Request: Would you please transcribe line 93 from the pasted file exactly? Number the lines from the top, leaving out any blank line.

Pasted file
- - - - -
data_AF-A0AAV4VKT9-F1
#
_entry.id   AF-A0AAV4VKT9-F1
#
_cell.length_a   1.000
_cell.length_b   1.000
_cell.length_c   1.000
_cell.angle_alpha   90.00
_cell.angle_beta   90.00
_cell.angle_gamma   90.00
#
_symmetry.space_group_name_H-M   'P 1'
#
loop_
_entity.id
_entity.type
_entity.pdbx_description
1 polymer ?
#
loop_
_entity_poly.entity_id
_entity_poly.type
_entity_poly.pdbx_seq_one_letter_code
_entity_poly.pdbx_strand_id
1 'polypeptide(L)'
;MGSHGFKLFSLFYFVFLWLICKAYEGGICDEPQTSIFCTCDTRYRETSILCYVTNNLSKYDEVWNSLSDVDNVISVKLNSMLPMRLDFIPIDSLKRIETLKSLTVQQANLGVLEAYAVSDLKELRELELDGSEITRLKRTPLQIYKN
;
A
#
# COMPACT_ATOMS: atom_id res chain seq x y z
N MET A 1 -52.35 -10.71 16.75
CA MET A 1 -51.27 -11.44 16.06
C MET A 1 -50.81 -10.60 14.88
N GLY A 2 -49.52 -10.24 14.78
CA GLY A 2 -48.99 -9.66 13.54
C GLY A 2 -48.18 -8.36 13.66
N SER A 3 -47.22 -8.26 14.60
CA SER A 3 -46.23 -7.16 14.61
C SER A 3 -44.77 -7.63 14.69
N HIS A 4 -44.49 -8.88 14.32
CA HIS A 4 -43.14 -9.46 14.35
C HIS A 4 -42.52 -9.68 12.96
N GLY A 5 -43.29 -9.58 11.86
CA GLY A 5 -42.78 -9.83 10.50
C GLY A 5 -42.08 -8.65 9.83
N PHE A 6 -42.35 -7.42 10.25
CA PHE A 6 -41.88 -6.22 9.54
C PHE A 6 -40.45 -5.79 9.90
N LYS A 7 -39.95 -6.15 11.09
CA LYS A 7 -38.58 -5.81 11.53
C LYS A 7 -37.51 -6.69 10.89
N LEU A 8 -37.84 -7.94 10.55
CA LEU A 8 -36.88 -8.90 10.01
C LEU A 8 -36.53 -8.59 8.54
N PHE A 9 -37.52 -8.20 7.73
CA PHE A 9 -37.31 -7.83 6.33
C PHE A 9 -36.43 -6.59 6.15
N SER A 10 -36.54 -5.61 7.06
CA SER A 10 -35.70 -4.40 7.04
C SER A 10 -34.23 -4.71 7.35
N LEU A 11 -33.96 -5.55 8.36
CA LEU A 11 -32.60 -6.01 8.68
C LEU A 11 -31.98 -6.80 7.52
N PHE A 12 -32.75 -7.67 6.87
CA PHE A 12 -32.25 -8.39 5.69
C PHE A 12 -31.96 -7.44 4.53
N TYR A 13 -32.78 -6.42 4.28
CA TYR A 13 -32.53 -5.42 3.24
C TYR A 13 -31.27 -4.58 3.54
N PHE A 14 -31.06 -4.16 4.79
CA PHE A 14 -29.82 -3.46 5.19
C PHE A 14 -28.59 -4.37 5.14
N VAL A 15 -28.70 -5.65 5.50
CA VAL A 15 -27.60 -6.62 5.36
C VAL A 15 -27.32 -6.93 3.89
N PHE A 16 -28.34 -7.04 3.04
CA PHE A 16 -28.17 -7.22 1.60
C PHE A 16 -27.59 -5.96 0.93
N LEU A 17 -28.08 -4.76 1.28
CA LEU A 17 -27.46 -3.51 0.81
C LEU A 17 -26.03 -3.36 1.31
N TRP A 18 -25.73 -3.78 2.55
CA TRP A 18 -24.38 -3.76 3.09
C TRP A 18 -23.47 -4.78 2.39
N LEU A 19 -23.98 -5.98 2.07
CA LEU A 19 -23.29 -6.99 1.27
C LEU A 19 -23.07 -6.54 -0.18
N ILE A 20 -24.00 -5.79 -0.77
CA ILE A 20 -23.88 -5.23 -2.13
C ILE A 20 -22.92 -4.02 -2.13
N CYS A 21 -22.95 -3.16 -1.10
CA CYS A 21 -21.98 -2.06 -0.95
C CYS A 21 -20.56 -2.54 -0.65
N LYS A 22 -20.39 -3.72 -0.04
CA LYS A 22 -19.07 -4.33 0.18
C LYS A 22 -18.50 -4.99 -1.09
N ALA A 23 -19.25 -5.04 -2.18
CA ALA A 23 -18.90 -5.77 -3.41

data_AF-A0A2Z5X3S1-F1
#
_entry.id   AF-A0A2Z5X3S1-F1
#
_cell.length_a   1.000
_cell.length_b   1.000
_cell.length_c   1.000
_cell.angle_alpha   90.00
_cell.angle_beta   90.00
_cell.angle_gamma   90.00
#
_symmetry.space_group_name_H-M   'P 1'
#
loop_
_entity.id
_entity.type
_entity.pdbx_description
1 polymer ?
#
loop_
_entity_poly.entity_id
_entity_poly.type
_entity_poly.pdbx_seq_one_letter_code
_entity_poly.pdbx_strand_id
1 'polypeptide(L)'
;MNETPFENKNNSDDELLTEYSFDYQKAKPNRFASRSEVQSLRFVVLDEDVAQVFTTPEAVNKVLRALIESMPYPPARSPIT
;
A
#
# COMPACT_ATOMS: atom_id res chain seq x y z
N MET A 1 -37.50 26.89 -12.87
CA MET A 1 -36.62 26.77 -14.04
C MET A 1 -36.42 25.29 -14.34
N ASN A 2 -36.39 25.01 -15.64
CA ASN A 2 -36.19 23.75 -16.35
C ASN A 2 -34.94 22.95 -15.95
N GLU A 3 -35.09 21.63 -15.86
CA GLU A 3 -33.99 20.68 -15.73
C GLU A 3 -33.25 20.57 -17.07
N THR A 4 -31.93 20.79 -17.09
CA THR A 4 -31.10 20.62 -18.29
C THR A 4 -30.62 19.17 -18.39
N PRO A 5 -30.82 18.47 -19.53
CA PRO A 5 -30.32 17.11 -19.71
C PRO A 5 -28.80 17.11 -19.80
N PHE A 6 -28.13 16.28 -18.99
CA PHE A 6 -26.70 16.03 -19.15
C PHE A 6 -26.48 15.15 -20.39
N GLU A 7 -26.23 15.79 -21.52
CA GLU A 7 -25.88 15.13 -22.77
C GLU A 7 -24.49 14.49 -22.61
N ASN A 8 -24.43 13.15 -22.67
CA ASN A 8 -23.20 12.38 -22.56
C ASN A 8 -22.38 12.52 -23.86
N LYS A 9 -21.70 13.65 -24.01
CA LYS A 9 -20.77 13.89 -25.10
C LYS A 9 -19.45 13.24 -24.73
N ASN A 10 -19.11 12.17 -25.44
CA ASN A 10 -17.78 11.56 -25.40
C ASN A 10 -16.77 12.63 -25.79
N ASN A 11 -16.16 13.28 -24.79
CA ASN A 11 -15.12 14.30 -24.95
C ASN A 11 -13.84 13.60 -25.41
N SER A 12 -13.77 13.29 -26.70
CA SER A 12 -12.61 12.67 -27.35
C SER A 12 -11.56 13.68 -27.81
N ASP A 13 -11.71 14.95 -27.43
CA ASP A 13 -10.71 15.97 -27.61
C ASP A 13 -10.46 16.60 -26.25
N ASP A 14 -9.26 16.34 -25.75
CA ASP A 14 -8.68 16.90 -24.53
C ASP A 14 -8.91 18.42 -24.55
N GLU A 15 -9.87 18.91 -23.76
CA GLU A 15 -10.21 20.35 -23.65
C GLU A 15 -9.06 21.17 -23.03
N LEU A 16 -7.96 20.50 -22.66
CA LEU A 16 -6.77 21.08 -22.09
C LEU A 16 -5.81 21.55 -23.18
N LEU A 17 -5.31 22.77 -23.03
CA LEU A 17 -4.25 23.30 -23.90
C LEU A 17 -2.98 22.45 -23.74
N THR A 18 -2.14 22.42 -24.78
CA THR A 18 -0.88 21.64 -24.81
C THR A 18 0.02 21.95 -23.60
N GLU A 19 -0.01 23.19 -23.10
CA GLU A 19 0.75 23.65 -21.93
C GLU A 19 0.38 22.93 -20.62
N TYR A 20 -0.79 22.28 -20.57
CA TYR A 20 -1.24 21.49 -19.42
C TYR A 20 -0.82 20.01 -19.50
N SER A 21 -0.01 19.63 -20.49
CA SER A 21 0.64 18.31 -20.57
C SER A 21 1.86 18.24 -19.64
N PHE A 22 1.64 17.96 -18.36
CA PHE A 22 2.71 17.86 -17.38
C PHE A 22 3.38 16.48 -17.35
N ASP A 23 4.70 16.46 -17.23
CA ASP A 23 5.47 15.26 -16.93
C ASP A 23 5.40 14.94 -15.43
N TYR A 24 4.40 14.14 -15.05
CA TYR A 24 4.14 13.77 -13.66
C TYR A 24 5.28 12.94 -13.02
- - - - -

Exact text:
C CYS A 21 -20.56 -2.54 -0.65